Opens Fri July 19
The Fast Runner is a profoundly excellent movie for many reasons. But one of its strongest points is that it's totally engrossing--once you're hooked into the story, all signs of surface noise scratching at your brain completely disappear. This is indicative of the excellent filmmaking, cinematography, and impenetrable acting that encompasses the first feature-length film from director Zacharias Kunuk.
Timelessly set amid a group of arctic hunters in Igloolik (a real settlement in the eastern Arctic), the film is based on the epic Inuit legend of the Fast Runner, which has been passed down orally for generations. It tells the story of an evil which infiltrates the tribe--greed and selfish desire--and threatens to destroy the interdependence that is essential for the survival of the people.
Antanarjuat (played by Natar Ungalaaq) is the fast runner, a completely good force in a community of Inuit, who have been riddled with betrayal and murder. He loves Atuat (the beautiful Sylvia Ivalu, whose day job is Secretary for the Government of Nunavut in Igloolik), yet she was promised at birth to marry Oki (Peter-Henry Arnatsiaq), the son of the group's leader and an aggressive, dark force who lives with evil inside him. They make a bet for Atuat, whom Antanarjuat wins in a fistfight--but time cannot erase Oki's desire for vengeance.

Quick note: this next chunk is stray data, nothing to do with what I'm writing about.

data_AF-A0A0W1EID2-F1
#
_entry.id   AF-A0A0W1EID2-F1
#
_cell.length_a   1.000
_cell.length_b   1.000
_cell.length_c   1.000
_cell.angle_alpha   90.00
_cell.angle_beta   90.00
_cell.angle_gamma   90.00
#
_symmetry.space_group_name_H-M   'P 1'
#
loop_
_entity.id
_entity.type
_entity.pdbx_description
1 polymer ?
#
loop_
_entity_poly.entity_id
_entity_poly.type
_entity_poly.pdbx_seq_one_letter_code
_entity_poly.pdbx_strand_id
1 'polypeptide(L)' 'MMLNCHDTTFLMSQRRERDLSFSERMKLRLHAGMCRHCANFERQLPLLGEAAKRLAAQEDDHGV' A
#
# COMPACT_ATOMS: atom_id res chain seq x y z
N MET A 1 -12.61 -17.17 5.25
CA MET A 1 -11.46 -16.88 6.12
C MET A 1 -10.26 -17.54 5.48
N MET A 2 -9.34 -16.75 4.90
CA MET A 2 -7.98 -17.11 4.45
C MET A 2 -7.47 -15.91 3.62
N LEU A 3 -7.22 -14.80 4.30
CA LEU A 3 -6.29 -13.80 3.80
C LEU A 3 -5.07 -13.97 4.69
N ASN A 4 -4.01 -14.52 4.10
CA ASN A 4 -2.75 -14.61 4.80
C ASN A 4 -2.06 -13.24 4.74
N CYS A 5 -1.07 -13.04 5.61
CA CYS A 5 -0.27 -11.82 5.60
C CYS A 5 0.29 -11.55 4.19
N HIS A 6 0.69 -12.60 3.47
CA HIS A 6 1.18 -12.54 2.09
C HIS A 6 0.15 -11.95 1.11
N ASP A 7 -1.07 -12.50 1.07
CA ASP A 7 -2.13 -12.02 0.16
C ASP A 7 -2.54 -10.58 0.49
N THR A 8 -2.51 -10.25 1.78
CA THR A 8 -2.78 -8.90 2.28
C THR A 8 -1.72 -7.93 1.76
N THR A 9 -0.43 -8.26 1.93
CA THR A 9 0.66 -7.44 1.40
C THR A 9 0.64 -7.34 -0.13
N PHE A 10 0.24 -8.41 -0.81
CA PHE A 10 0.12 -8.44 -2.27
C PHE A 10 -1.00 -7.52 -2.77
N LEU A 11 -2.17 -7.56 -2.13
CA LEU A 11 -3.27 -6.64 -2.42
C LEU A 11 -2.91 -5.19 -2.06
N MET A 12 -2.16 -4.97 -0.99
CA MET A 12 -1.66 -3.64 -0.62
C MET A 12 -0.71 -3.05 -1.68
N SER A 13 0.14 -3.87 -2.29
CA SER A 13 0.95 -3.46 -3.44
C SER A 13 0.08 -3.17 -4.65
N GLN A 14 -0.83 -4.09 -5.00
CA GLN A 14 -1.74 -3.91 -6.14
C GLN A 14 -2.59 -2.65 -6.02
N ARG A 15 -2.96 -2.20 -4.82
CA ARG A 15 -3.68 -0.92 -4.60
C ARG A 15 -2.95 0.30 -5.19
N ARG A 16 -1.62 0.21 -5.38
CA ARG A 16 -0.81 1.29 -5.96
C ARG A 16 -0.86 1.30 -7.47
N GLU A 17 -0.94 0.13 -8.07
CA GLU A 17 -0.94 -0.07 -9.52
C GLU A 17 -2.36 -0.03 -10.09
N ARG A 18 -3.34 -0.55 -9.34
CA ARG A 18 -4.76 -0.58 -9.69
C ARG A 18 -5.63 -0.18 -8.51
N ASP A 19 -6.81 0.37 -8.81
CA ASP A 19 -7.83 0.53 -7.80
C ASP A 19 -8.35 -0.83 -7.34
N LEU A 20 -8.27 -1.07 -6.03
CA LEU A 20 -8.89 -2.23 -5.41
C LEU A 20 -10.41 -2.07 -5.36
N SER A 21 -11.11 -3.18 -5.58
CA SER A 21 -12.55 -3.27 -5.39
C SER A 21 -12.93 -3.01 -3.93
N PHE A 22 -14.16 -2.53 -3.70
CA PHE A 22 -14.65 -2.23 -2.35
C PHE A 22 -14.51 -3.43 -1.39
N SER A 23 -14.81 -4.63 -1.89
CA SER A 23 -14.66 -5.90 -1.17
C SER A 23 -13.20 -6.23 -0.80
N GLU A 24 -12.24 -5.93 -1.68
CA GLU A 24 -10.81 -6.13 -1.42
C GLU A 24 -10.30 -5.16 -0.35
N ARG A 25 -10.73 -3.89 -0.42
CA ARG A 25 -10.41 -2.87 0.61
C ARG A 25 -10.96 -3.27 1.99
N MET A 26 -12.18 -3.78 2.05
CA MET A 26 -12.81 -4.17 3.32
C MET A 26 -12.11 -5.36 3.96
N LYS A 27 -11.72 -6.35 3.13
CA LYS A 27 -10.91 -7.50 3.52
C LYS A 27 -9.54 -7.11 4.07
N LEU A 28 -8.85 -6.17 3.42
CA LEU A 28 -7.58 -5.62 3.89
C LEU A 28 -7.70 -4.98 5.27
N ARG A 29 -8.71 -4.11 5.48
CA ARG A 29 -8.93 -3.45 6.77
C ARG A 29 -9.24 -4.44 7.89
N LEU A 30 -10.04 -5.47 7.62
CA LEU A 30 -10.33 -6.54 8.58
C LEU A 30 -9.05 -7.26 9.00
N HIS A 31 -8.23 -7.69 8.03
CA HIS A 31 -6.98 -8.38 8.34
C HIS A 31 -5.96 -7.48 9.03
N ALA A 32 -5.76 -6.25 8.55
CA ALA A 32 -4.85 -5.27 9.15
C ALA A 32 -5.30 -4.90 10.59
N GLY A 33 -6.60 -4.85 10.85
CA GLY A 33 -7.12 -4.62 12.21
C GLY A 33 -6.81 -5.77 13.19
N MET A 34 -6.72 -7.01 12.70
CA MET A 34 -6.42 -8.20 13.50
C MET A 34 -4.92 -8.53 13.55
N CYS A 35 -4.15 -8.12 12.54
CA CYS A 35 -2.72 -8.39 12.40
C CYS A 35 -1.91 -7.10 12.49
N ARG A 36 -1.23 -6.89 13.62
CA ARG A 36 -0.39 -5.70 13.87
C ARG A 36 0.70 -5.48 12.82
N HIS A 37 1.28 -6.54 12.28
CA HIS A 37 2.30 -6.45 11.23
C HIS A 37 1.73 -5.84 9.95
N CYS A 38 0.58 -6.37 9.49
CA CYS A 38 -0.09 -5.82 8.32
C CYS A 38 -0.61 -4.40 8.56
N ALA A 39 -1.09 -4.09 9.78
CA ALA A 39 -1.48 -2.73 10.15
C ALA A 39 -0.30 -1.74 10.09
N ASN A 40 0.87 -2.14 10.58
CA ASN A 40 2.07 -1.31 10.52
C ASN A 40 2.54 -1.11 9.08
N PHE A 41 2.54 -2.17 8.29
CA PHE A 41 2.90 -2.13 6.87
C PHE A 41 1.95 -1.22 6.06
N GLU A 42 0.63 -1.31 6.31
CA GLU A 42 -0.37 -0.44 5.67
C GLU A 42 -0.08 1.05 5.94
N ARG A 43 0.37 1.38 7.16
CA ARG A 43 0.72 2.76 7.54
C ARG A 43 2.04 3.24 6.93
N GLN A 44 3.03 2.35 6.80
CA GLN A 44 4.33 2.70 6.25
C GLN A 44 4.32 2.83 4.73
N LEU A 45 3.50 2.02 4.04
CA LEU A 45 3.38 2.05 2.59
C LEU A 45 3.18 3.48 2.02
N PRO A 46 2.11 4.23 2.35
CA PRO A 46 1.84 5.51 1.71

The Fast Runner is an extremely important film because, for most people, it's the first time traditional Inuit lifestyle is illuminated so intimately. It goes beyond merely speaking in the language; the film shows each fascinating detail of hunting, skinning, using seal fat as oil for light, building igloos, down to the carved bone sunglasses designed to shade their eyes from the sun. The director and screenwriter left out no detail, including the ancient-sounding songs the characters sing, and the actors aren't really "acting"--this is the film debut for many of them, but they're so natural, it seems as if we're just peeking in on their daily lives. However, because there's such a believable, gripping storyline underneath the film, there's no feeling of watching an educational video. You just become wrapped up in the storyline, the way of life; and eventually, the absence of technology, synthetic fabrics, even foliage, disappear. It's astounding, and a gorgeous reminder of how big the world is.